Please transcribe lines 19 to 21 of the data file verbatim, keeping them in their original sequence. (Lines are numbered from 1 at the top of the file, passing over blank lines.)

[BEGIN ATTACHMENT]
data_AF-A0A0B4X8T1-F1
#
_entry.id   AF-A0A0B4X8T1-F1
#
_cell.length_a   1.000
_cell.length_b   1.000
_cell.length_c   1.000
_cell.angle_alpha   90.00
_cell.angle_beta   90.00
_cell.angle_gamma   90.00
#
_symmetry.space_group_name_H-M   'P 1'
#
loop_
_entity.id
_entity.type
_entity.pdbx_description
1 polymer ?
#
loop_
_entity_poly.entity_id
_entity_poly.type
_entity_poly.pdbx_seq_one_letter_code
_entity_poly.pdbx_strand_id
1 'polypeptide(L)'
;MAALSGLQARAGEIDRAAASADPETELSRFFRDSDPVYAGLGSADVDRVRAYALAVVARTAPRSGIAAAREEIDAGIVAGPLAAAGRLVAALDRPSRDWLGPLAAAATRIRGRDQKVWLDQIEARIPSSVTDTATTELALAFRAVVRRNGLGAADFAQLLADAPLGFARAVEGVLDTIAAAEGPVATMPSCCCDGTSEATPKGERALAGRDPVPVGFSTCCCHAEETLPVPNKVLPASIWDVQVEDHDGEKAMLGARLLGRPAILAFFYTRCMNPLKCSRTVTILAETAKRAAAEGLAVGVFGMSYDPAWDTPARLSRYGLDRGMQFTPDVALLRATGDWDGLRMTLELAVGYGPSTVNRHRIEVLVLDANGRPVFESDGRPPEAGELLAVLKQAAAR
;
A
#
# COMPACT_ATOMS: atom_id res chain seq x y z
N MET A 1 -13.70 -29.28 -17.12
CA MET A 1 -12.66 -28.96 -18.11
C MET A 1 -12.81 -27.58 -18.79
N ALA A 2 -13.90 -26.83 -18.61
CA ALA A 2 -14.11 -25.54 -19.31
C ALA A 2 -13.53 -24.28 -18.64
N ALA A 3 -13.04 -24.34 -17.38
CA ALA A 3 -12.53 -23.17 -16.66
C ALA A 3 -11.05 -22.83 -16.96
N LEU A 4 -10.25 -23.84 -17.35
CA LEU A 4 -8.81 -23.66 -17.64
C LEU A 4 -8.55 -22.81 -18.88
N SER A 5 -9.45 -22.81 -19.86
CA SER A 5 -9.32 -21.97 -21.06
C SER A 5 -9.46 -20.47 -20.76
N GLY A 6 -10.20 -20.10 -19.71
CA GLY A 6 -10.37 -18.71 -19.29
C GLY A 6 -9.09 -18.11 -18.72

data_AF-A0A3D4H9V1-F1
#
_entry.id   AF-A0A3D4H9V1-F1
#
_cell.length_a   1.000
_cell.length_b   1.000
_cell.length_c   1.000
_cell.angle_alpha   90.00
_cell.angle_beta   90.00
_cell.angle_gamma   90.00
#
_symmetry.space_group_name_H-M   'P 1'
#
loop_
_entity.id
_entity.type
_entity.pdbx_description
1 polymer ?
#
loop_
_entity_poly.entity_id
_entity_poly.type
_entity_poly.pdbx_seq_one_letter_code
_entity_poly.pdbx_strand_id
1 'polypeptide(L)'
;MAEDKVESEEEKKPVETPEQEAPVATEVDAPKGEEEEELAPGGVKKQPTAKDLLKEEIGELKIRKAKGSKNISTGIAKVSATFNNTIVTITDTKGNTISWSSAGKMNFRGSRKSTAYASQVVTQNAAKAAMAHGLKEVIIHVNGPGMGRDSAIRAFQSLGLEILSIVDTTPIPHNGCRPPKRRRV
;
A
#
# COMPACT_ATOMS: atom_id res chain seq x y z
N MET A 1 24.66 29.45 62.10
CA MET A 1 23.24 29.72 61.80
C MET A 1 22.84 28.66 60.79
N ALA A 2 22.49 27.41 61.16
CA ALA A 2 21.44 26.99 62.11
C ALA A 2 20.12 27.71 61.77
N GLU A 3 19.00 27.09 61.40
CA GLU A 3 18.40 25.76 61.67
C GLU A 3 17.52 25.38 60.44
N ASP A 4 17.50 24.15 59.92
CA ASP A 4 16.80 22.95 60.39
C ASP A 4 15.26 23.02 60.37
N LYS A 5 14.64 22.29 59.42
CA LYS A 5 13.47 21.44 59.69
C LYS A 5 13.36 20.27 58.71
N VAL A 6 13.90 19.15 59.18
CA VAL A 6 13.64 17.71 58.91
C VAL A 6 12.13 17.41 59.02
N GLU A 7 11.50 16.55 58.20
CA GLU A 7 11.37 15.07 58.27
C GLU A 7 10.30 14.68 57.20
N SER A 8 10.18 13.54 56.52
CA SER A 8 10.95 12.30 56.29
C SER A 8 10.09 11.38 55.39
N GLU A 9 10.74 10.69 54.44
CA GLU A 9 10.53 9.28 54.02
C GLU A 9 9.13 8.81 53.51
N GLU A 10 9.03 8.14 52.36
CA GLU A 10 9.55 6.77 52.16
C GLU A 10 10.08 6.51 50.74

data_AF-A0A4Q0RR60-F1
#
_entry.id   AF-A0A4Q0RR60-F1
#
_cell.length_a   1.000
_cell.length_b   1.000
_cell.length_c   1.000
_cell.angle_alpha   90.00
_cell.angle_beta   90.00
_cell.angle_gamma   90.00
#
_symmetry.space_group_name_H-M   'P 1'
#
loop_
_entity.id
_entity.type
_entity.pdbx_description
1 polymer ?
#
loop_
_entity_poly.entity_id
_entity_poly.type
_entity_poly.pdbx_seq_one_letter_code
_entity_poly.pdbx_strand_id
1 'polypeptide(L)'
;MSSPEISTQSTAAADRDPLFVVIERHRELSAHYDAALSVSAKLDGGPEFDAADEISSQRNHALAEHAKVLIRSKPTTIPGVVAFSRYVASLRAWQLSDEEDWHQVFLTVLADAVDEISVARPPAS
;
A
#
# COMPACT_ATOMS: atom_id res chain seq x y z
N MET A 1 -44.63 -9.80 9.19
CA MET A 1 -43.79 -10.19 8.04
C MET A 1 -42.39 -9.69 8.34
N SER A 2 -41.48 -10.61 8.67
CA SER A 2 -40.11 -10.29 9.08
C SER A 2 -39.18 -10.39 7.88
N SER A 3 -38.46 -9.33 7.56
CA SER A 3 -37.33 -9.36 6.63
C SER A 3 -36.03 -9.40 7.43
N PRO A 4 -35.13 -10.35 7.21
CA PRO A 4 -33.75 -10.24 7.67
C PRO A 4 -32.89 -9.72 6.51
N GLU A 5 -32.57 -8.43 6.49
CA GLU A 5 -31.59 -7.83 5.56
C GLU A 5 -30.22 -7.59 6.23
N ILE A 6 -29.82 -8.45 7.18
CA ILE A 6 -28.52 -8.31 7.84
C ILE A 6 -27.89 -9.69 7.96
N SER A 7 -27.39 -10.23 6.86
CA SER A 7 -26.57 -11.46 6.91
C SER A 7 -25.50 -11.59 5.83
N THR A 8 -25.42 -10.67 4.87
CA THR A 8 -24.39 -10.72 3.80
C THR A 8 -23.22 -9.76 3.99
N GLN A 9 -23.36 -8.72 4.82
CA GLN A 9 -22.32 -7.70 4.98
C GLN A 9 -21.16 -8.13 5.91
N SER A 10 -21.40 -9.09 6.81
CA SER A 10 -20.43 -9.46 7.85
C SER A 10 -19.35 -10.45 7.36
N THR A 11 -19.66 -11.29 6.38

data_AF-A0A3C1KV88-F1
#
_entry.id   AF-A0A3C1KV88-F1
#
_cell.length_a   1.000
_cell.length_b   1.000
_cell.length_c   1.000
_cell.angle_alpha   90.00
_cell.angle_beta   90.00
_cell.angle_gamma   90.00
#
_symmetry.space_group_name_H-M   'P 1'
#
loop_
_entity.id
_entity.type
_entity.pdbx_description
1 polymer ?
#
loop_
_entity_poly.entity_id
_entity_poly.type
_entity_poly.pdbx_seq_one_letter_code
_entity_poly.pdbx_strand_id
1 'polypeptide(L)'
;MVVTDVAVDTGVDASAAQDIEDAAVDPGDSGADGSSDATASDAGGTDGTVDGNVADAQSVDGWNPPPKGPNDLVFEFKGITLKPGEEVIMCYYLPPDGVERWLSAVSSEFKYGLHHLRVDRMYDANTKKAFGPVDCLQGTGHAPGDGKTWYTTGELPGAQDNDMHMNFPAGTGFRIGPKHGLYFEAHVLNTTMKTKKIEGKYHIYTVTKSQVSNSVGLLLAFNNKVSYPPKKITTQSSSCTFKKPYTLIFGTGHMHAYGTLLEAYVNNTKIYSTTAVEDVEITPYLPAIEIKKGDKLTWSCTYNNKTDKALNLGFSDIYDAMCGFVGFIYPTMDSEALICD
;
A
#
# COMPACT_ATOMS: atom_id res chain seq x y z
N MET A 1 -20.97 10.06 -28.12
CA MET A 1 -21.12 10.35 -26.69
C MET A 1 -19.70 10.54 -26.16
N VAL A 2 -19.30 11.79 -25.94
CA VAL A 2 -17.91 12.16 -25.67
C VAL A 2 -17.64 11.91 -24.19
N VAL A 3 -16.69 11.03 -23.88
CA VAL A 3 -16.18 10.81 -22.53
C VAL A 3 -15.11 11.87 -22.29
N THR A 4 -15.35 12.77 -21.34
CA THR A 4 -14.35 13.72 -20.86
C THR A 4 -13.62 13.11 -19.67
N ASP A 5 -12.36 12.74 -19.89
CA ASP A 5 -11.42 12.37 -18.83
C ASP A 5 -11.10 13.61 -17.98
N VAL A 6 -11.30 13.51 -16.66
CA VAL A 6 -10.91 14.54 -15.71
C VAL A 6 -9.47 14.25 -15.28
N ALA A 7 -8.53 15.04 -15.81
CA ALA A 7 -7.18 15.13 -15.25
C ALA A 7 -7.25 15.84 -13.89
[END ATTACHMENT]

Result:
#
loop_
_entity_poly.entity_id